Over the last few years, the European Union (EU) has been drafting the final version of the updated Shareholder Rights Directive (SRD), with the aim of increasing transparency, accountability and stakeholder engagement.
A wave of corporate governance scandals across the globe such as the influence of major overseas conglomerates on European financial institutions and the tax avoidance schemes revealed in the Panama Papers, as well as executive pay, have led to calls for regulatory changes from both regulators and investors. Nonetheless, the implementation process is likely to prove complex and challenging for the industry.
Scope of the new rules
The final text was published in May 2017, with an implementation deadline of June 2019 for half of the directive, whilst the European Commission (EC) is working with an expert group to produce the technical standards, due to be published September 2018 that will guide national regulators in the implementation of the rest of the directive by September 2020.
In June 2017 the EC added to the original 2007 SRD, including a number of new requirements around director remuneration, identifying shareholders, exercising shareholder rights and providing transparency for institutional investors, asset managers and proxy advisors.
The current transposition period provides industry stakeholders with a chance to engage with regulatory authorities and help shape the future of corporate governance. However, while there may appear to adequate time to prepare for implementation, there are a number of complexities that need to be addressed and prompt action is required.
Dealing with complexity
Translating SRD into national law by individual EU states will entail potentially costly changes and technology investment that will impact a range of intermediaries and service providers. However, there are both challenges and opportunities in the introduction of the new SRD requirements, which were explored in a new Broadridge white paper: Shareholder Rights Directive: Advancing to a State of Readiness.
The main challenge will be harmonising market practices across the EU. Historically when national regulators have been given a relatively wide scope to interpret and transpose a directive, there ends up being slightly different interpretation of requirements at a national level and the process becomes more complex and less standardised. This clearly ought to be avoided, both by the industry and national regulators. The good news is that custodians that have already engaged with the EC have indicated that the regulator is taking on board feedback, which should help harmonise the SRD regulation and compliance across EU member states.
Assessing the impact
Due to the sheer volume of regulatory changes taking place at the moment, many firms are unlikely to have assessed the full impact of SRD on their operations. However, there are some obvious headline items that are a cause for concern. For example, the disclosure requirement in relation to shareholder entity identification calls for the submission of data "without delay". This could be interpreted as real-time reporting, which could be achievable by some voting infrastructure providers, however from a data availability perspective, will be near impossible to achieve under current market conditions. The data sets required to perform real-time reporting is where the real challenge is – particularly in relation to legal entity identifiers. Legal entity identifiers vary by market and in some cases might not be available in the way required under the new SRD - and those that are could potentially breach the data privacy laws of certain jurisdictions, but not others.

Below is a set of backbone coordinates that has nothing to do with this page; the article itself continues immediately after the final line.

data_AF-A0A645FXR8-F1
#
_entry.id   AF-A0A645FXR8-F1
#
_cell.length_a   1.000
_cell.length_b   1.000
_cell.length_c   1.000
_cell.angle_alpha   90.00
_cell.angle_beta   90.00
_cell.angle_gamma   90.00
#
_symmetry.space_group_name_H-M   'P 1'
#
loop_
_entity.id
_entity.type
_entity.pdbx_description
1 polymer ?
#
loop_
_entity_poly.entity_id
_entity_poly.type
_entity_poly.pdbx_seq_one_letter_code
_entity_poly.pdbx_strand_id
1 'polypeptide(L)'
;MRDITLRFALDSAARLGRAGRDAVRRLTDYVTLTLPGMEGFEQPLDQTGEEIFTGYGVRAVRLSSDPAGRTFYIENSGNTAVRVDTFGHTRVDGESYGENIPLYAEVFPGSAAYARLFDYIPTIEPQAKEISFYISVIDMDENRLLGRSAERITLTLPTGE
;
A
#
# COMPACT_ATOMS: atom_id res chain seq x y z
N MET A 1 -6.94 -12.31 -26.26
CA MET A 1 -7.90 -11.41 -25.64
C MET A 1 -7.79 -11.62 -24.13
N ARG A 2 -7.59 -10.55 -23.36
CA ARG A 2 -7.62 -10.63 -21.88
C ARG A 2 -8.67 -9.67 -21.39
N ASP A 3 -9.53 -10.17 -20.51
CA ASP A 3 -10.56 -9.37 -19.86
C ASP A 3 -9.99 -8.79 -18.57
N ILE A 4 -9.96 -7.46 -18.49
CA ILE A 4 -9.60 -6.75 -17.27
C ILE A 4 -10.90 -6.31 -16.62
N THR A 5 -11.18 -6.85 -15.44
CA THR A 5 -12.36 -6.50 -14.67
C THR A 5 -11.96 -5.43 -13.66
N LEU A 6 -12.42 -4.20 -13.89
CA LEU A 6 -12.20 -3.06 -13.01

In my experience, industry participants involved in the investor value chain all hope that the updated SRD will grant a welcome level of transparency and additional rights for shareholders, particularly around director remuneration. However, compliance with the new requirements as indicated is not without their challenges. In addition to shareholder identifier requirements, it also calls for any material transaction between a listed company and a related party to be announced and approved by shareholders and the board. The current directive text however does not require a company to provide a report that assesses the impact of the transaction (a fairness report); the absence of which greatly increases the amount of data and analysis needed ahead of a vote, putting an added burden on asset managers.
For those specialised in proxy infrastructure and services, there are more obvious opportunities with the arrival of SRD. These firms are well positioned to deliver new services to help intermediary partners support requirements, eg. vote confirmations. However, there will still be an underlying need to standardise data across the industry and invest in new and emerging technologies to support the constant drive for greater transparency, engagement and reporting throughout the investor communications value chain; it is something that the industry should embrace and collaborate on in order to achieve the appropriate outcomes.
Demi Derem is GM, Investor Communication Solutions International, Broadridge.